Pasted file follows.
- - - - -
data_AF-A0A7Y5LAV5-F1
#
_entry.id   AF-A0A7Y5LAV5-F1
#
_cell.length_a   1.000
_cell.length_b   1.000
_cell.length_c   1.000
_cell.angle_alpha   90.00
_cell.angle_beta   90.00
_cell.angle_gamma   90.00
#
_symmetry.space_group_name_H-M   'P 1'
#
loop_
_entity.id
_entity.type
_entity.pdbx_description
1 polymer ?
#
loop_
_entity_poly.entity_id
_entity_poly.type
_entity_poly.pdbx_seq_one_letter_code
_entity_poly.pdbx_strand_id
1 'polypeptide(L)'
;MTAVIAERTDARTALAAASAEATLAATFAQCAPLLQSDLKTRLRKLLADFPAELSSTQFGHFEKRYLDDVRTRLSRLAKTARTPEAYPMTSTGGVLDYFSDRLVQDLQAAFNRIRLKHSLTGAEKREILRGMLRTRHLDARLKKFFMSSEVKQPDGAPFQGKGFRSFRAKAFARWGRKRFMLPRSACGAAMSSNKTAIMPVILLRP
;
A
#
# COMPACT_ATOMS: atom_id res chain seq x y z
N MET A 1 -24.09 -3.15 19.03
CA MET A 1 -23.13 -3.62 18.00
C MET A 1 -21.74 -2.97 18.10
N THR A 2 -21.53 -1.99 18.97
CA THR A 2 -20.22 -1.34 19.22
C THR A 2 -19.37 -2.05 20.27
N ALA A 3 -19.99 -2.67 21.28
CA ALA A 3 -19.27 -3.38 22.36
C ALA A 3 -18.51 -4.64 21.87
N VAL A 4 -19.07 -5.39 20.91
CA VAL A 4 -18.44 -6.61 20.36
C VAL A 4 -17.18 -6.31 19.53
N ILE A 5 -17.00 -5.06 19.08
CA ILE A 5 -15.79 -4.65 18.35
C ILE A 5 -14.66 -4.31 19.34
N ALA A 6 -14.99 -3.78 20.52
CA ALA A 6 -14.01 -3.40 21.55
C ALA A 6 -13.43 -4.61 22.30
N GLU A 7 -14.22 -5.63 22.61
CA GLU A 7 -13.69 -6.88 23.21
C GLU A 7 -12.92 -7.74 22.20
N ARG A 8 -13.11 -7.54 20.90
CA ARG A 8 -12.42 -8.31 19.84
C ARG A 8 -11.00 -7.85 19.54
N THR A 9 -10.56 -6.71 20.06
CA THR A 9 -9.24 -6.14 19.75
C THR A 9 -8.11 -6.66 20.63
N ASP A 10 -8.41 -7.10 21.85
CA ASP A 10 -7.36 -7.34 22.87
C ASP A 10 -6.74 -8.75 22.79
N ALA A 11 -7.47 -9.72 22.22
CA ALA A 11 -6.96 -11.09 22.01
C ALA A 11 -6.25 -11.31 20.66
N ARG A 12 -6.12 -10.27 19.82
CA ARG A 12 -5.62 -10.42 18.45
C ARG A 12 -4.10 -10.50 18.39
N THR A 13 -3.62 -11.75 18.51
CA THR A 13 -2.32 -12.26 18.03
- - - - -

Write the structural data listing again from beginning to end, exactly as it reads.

data_AF-A0A7Y5LAV5-F1
#
_entry.id   AF-A0A7Y5LAV5-F1
#
_cell.length_a   1.000
_cell.length_b   1.000
_cell.length_c   1.000
_cell.angle_alpha   90.00
_cell.angle_beta   90.00
_cell.angle_gamma   90.00
#
_symmetry.space_group_name_H-M   'P 1'
#
loop_
_entity.id
_entity.type
_entity.pdbx_description
1 polymer ?
#
loop_
_entity_poly.entity_id
_entity_poly.type
_entity_poly.pdbx_seq_one_letter_code
_entity_poly.pdbx_strand_id
1 'polypeptide(L)'
;MTAVIAERTDARTALAAASAEATLAATFAQCAPLLQSDLKTRLRKLLADFPAELSSTQFGHFEKRYLDDVRTRLSRLAKTARTPEAYPMTSTGGVLDYFSDRLVQDLQAAFNRIRLKHSLTGAEKREILRGMLRTRHLDARLKKFFMSSEVKQPDGAPFQGKGFRSFRAKAFARWGRKRFMLPRSACGAAMSSNKTAIMPVILLRP
;
A
#
# COMPACT_ATOMS: atom_id res chain seq x y z
N MET A 1 -24.09 -3.15 19.03
CA MET A 1 -23.13 -3.62 18.00
C MET A 1 -21.74 -2.97 18.10
N THR A 2 -21.53 -1.99 18.97
CA THR A 2 -20.22 -1.34 19.22
C THR A 2 -19.37 -2.05 20.27
N ALA A 3 -19.99 -2.67 21.28
CA ALA A 3 -19.27 -3.38 22.36
C ALA A 3 -18.51 -4.64 21.87
N VAL A 4 -19.07 -5.39 20.91
CA VAL A 4 -18.44 -6.61 20.36
C VAL A 4 -17.18 -6.31 19.53
N ILE A 5 -17.00 -5.06 19.08
CA ILE A 5 -15.79 -4.65 18.35
C ILE A 5 -14.66 -4.31 19.34
N ALA A 6 -14.99 -3.78 20.52
CA ALA A 6 -14.01 -3.40 21.55
C ALA A 6 -13.43 -4.61 22.30
N GLU A 7 -14.22 -5.63 22.61
CA GLU A 7 -13.69 -6.88 23.21
C GLU A 7 -12.92 -7.74 22.20
N ARG A 8 -13.11 -7.54 20.90
CA ARG A 8 -12.42 -8.31 19.84
C ARG A 8 -11.00 -7.85 19.54
N THR A 9 -10.56 -6.71 20.06
CA THR A 9 -9.24 -6.14 19.75
C THR A 9 -8.11 -6.66 20.63
N ASP A 10 -8.41 -7.10 21.85
CA ASP A 10 -7.36 -7.34 22.87
C ASP A 10 -6.74 -8.75 22.79
N ALA A 11 -7.47 -9.72 22.22
CA ALA A 11 -6.96 -11.09 22.01
C ALA A 11 -6.25 -11.31 20.66
N ARG A 12 -6.12 -10.27 19.82
CA ARG A 12 -5.62 -10.42 18.45
C ARG A 12 -4.10 -10.50 18.39
N THR A 13 -3.62 -11.75 18.51
CA THR A 13 -2.32 -12.26 18.03